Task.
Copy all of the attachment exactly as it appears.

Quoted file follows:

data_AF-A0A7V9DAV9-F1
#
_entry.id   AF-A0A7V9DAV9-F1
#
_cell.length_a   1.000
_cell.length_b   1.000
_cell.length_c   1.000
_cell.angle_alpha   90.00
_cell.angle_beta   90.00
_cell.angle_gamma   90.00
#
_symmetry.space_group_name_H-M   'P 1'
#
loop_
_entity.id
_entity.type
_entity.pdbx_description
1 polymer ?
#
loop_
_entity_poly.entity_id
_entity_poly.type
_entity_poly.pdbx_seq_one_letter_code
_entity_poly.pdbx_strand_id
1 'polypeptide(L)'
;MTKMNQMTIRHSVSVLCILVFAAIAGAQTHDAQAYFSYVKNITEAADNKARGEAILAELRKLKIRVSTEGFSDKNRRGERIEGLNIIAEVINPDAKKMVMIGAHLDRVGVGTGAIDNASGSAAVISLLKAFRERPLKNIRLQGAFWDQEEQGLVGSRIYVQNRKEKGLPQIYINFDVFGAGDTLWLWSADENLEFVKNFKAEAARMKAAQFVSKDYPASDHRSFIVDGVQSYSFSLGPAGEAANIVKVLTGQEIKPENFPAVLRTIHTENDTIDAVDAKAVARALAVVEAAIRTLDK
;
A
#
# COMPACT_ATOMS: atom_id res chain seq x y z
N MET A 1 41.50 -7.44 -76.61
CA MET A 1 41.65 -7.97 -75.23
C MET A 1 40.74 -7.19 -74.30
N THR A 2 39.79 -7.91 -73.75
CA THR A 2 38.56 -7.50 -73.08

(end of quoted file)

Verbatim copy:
data_AF-A0A7V9DAV9-F1
#
_entry.id   AF-A0A7V9DAV9-F1
#
_cell.length_a   1.000
_cell.length_b   1.000
_cell.length_c   1.000
_cell.angle_alpha   90.00
_cell.angle_beta   90.00
_cell.angle_gamma   90.00
#
_symmetry.space_group_name_H-M   'P 1'
#
loop_
_entity.id
_entity.type
_entity.pdbx_description
1 polymer ?
#
loop_
_entity_poly.entity_id
_entity_poly.type
_entity_poly.pdbx_seq_one_letter_code
_entity_poly.pdbx_strand_id
1 'polypeptide(L)'
;MTKMNQMTIRHSVSVLCILVFAAIAGAQTHDAQAYFSYVKNITEAADNKARGEAILAELRKLKIRVSTEGFSDKNRRGERIEGLNIIAEVINPDAKKMVMIGAHLDRVGVGTGAIDNASGSAAVISLLKAFRERPLKNIRLQGAFWDQEEQGLVGSRIYVQNRKEKGLPQIYINFDVFGAGDTLWLWSADENLEFVKNFKAEAARMKAAQFVSKDYPASDHRSFIVDGVQSYSFSLGPAGEAANIVKVLTGQEIKPENFPAVLRTIHTENDTIDAVDAKAVARALAVVEAAIRTLDK
;
A
#
# COMPACT_ATOMS: atom_id res chain seq x y z
N MET A 1 41.50 -7.44 -76.61
CA MET A 1 41.65 -7.97 -75.23
C MET A 1 40.74 -7.19 -74.30
N THR A 2 39.79 -7.91 -73.75
CA THR A 2 38.56 -7.50 -73.08